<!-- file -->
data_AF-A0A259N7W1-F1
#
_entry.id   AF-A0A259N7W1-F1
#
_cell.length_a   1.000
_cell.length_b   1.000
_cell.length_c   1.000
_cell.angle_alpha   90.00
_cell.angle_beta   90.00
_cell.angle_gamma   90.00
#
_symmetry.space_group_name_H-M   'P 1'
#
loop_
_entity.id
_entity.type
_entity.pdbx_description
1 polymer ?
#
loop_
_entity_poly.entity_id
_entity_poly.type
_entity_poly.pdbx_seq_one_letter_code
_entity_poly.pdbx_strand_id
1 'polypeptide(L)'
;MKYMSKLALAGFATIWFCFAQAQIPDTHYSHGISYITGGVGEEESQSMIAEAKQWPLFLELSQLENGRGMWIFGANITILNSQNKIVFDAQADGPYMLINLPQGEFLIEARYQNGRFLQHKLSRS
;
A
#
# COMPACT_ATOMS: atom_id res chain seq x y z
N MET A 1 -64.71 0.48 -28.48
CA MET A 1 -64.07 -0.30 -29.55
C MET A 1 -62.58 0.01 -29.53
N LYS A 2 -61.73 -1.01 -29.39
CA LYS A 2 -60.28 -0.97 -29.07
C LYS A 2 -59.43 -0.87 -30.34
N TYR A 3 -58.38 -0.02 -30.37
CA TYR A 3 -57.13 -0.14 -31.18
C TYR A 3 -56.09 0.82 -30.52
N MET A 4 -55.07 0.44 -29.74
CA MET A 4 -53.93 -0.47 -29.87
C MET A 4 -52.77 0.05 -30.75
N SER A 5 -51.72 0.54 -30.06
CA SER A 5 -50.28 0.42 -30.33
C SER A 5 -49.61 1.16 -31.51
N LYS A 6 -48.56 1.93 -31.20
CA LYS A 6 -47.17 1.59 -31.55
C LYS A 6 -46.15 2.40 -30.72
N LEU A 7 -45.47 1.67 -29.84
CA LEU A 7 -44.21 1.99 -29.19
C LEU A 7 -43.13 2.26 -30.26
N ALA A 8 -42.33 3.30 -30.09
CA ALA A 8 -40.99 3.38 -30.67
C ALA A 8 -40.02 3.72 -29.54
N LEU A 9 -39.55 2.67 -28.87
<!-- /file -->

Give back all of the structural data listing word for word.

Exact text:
data_AF-A0A259N7W1-F1
#
_entry.id   AF-A0A259N7W1-F1
#
_cell.length_a   1.000
_cell.length_b   1.000
_cell.length_c   1.000
_cell.angle_alpha   90.00
_cell.angle_beta   90.00
_cell.angle_gamma   90.00
#
_symmetry.space_group_name_H-M   'P 1'
#
loop_
_entity.id
_entity.type
_entity.pdbx_description
1 polymer ?
#
loop_
_entity_poly.entity_id
_entity_poly.type
_entity_poly.pdbx_seq_one_letter_code
_entity_poly.pdbx_strand_id
1 'polypeptide(L)'
;MKYMSKLALAGFATIWFCFAQAQIPDTHYSHGISYITGGVGEEESQSMIAEAKQWPLFLELSQLENGRGMWIFGANITILNSQNKIVFDAQADGPYMLINLPQGEFLIEARYQNGRFLQHKLSRS
;
A
#
# COMPACT_ATOMS: atom_id res chain seq x y z
N MET A 1 -64.71 0.48 -28.48
CA MET A 1 -64.07 -0.30 -29.55
C MET A 1 -62.58 0.01 -29.53
N LYS A 2 -61.73 -1.01 -29.39
CA LYS A 2 -60.28 -0.97 -29.07
C LYS A 2 -59.43 -0.87 -30.34
N TYR A 3 -58.38 -0.02 -30.37
CA TYR A 3 -57.13 -0.14 -31.18
C TYR A 3 -56.09 0.82 -30.52
N MET A 4 -55.07 0.44 -29.74
CA MET A 4 -53.93 -0.47 -29.87
C MET A 4 -52.77 0.05 -30.75
N SER A 5 -51.72 0.54 -30.06
CA SER A 5 -50.28 0.42 -30.33
C SER A 5 -49.61 1.16 -31.51
N LYS A 6 -48.56 1.93 -31.20
CA LYS A 6 -47.17 1.59 -31.55
C LYS A 6 -46.15 2.40 -30.72
N LEU A 7 -45.47 1.67 -29.84
CA LEU A 7 -44.21 1.99 -29.19
C LEU A 7 -43.13 2.26 -30.26
N ALA A 8 -42.33 3.30 -30.09
CA ALA A 8 -40.99 3.38 -30.67
C ALA A 8 -40.02 3.72 -29.54
N LEU A 9 -39.55 2.67 -28.87